But none of this would be complete without mentioning the pioneer behind it all, PK. PK always kept us on our toes by pointing us to interesting articles/research/technology as it released and encouraged us to probe more into each one of them. Perhaps the one person with the highest motivation levels in Precog is PK himself. There was never a dearth of motivation in the lab. PK always made it a point to keep throwing new ideas in the air, and if something seemed viable, included everyone in bringing up a solution. He had this knack of just sparking a small thought in our minds and leaving it at that. That thought would transform into an idea, the idea into something else until it lead to some really big solution for a confounding problem. His heartfelt and personalized greetings, wishes and guidance will put you in utter disbelief – how could such a busy and accomplished person still have time for each one of us and care about each of us and our projects with such attention? All of this made me grow very attached to PK and the group as a whole, to the extent of worrying about my fast approaching last day. 

The Technical Details

Keeping this part very short, with constant guidance from my mentor, we were able to propose two novel architectures – one to find the expression of all faces present in an image using special facial features and the second to classify an image as a whole as positive or negative based on a deep network architecture. Never had I thought I would be successful in establishing a working model for this if not for the constant support of PK, my mentors and all members of Precog as a whole.

 The Fun Parts!!

Apart from all the rigorous working, pulling all-nighters and meeting deadlines, the fun quotient was also extremely high here at Precog. We went on a lot of outings, right from nearby ice-cream desert shops to malls in Noida. Recounting all those experiences now, as an intern, I felt like I experienced almost everything there is to experience at Delhi. How much ever Precog works, they have fun equally or even much more! Ultimately, be it a tough problem to crack, or a big pizza to finish, we did it as a group, together. 😛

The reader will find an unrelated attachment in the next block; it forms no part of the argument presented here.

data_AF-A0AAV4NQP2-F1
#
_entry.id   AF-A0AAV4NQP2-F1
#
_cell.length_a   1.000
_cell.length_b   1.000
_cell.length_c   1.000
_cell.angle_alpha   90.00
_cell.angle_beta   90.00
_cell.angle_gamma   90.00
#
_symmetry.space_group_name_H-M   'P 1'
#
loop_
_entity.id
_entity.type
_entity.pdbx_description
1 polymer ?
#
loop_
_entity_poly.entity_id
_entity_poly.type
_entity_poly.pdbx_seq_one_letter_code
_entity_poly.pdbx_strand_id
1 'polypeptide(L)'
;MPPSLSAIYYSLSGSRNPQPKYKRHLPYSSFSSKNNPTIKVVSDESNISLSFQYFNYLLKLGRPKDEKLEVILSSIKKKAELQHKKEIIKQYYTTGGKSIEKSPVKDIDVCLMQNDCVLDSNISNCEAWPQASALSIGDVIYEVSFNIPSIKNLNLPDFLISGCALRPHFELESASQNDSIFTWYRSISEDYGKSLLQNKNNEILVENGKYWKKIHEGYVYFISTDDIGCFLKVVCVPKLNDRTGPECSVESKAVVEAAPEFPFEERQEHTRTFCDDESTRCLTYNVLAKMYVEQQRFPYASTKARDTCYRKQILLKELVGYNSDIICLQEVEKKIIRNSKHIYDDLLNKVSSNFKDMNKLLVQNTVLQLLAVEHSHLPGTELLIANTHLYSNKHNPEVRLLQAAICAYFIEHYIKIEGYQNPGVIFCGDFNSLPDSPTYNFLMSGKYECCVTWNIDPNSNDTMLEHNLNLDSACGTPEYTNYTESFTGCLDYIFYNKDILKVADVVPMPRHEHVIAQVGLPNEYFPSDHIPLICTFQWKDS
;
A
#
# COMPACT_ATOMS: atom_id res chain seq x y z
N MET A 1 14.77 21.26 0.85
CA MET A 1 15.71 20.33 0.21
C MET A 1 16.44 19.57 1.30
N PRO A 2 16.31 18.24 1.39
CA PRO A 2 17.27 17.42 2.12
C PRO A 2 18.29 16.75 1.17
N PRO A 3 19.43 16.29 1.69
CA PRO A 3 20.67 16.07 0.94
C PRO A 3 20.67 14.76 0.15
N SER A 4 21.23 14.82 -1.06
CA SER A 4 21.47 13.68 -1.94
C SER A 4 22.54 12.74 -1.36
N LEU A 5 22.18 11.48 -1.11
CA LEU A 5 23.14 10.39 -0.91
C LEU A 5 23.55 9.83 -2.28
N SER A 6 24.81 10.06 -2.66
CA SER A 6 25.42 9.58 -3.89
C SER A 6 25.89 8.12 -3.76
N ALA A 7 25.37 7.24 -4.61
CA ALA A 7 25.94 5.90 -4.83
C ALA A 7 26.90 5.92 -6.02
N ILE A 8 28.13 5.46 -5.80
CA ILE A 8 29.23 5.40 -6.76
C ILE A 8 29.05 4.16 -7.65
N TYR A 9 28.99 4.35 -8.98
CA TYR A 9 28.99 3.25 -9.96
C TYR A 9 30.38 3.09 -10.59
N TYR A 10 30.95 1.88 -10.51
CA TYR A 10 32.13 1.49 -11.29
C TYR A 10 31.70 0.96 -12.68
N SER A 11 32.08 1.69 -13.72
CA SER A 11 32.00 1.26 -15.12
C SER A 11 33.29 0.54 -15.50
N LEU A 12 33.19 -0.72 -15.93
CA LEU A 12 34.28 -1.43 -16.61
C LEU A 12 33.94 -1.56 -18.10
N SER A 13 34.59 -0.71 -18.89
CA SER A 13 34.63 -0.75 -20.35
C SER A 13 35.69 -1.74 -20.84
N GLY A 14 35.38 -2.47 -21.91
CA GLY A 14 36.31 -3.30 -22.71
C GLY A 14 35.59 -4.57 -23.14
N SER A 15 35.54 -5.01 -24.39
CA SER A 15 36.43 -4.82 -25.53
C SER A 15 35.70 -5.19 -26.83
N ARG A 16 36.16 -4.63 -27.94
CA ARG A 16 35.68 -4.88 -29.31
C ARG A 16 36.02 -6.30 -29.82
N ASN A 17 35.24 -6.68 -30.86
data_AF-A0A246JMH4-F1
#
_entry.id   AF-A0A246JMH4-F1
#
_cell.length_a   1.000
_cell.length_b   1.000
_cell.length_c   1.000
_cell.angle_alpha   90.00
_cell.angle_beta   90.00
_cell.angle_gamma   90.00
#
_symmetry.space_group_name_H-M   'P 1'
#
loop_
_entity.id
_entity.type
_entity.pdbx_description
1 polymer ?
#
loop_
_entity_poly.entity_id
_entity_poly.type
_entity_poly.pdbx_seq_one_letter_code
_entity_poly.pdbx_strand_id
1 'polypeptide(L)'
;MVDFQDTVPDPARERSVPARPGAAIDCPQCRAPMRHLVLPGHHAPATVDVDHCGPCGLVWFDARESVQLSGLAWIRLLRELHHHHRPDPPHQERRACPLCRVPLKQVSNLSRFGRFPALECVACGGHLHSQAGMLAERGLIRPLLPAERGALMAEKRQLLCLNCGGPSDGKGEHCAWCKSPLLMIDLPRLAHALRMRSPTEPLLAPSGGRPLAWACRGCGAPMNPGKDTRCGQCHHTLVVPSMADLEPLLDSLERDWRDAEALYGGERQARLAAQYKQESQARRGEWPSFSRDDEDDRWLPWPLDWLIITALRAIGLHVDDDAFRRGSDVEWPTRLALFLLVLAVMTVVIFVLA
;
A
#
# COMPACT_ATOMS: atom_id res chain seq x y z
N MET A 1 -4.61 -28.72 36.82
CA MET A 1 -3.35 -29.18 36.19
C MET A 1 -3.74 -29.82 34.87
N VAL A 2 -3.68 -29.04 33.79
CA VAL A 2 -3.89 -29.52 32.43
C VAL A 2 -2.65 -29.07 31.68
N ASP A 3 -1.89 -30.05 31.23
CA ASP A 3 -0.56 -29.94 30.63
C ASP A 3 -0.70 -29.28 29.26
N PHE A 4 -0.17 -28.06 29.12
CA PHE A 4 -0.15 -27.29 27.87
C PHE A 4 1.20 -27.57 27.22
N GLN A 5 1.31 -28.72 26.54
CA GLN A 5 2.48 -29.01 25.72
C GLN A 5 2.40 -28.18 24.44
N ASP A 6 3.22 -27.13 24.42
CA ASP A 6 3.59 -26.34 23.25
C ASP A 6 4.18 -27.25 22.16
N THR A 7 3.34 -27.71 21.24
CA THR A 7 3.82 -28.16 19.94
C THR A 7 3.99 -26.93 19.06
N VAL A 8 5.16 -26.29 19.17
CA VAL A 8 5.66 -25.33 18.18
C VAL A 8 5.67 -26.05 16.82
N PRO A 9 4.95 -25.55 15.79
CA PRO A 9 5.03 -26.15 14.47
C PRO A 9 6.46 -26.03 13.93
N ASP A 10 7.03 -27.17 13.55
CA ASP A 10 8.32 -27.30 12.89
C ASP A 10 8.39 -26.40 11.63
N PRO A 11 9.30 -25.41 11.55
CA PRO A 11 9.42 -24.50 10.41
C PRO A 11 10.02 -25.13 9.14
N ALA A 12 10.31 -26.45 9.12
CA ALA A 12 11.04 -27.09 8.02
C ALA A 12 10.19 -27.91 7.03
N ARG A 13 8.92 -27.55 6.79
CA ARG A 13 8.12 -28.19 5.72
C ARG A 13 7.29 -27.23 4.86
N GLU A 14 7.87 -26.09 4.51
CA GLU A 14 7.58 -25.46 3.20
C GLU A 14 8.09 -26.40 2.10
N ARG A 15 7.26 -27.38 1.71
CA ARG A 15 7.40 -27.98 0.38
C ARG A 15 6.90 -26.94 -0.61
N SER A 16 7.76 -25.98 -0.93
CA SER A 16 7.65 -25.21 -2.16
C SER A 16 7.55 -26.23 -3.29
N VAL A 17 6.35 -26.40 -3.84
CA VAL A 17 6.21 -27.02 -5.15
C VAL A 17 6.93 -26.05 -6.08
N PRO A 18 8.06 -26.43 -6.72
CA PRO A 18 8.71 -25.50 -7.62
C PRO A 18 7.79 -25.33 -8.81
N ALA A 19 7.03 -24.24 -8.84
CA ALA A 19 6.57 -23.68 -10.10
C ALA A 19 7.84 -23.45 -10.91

We go live in 5…4….3…

As a result of all the collective hardwork of the Image Analysis team I was a part of, Helix, an Image Analysis tool was born. I now reminisce over my internship and think about how the journey was as wonderful as the elated feeling I get when I see a small part of my work being used by live users everyday. The fun discussions I had with the PhD scholars, the homely feeling I got every time I entered the lab, all the fun I had with my newly found friends, and of course all the knowledge I gained – everything was worth it at the end. What I was when I started, and what I am now.  It was then that I knew, this was the true goal of my internship. [3]

With a sense of fulfilment and content, my internship was complete. Not a day goes by, when I don’t see the Precog sticker on my laptop and recount the wonderful experience I had at Precog.

A pic of me with my mentor and close friend, Prateek:

The Head Fake

No Precog blog is complete without Randy Pausch’s wisdom being in it. As Randy describes it, A head fake is something that we are made to do, but its purpose is completely different from what is presumed. Observe above in the blog that I have put the numbers [1], [2] and [3] at several points. Those were the head fakes of my internship.

[1] This internship of mine was not solely aimed at the result alone. The freedom I got to pursue my desired path throughout the internship lead to a huge inflow of ideas and thoughts in my mind. This refined my thinking, not just for the problem, but for everything else too. I wasn’t fed fish. I now knew how to fish. This was my first head fake.

“I knew how to fish.”

[2] By the end of the summer, I had more skills than I could possibly have expected to get just by working on my problem alone. This is completely attributed to the sessions we had, information we shared and discussed.  I had so much more skills now that I could confidently add to my kitty than I could imagine. This was my second head fake.